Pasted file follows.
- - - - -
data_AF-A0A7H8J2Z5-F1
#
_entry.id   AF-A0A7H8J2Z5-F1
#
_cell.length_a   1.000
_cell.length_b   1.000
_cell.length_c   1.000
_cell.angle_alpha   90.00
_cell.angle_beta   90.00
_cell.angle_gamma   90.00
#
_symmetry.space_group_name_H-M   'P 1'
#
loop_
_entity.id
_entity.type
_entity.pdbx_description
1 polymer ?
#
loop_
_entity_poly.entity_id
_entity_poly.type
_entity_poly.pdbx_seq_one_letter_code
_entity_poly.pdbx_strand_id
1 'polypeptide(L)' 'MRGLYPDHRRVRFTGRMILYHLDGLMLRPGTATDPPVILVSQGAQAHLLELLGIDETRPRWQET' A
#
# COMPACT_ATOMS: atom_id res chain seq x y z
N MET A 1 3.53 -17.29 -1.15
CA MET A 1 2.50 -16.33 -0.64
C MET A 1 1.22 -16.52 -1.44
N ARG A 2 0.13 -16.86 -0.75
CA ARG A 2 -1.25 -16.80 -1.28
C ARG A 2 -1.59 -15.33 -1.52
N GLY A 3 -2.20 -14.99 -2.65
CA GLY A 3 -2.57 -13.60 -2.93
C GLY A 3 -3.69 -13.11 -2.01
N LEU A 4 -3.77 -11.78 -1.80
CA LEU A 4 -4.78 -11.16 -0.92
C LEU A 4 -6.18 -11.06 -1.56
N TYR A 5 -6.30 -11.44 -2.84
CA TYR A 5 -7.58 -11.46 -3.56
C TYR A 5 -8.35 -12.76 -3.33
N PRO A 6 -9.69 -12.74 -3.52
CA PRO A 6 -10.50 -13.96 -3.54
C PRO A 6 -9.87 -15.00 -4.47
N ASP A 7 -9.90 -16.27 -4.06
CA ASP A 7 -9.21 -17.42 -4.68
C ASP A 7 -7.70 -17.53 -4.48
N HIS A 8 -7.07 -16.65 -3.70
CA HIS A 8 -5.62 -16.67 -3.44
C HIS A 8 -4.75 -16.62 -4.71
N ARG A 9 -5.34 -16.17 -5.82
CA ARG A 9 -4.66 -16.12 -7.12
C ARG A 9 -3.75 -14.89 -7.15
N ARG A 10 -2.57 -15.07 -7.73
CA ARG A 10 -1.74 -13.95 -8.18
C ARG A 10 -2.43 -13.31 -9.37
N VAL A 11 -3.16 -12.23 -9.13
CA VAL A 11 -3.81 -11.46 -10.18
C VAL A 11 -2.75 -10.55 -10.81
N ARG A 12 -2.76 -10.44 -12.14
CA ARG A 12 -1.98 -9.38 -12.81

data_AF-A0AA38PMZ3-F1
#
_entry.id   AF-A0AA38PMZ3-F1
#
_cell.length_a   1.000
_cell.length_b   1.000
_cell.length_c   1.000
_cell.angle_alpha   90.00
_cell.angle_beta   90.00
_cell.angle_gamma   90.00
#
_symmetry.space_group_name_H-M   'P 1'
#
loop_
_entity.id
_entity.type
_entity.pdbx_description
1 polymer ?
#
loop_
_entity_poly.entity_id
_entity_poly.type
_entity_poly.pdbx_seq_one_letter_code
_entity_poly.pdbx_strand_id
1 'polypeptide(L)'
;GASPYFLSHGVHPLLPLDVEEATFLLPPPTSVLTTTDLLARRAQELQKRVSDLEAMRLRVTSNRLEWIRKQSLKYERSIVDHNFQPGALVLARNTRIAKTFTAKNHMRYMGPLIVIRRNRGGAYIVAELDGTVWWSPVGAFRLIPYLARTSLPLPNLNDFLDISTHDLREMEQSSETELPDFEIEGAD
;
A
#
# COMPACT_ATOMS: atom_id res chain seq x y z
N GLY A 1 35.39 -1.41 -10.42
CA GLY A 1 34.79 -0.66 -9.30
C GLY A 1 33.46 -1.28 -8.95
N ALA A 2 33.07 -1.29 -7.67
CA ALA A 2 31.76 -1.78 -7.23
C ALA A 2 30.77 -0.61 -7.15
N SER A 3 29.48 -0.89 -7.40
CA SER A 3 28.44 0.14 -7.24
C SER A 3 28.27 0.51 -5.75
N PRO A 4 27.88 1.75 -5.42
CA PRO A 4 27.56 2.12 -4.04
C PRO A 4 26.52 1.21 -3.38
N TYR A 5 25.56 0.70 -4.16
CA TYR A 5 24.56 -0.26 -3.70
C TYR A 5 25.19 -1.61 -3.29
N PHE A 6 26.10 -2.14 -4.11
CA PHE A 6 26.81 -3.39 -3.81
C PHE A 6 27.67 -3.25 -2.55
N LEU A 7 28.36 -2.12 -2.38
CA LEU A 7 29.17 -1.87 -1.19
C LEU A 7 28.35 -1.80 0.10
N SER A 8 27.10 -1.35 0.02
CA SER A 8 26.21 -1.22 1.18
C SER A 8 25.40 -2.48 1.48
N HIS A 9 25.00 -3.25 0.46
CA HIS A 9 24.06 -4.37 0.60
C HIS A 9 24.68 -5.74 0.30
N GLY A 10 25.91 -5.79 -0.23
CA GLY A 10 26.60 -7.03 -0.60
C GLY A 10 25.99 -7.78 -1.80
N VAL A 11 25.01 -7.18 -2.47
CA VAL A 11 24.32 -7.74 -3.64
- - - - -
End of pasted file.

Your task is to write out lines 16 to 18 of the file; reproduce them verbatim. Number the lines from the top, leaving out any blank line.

_entity.type
_entity.pdbx_description
1 polymer ?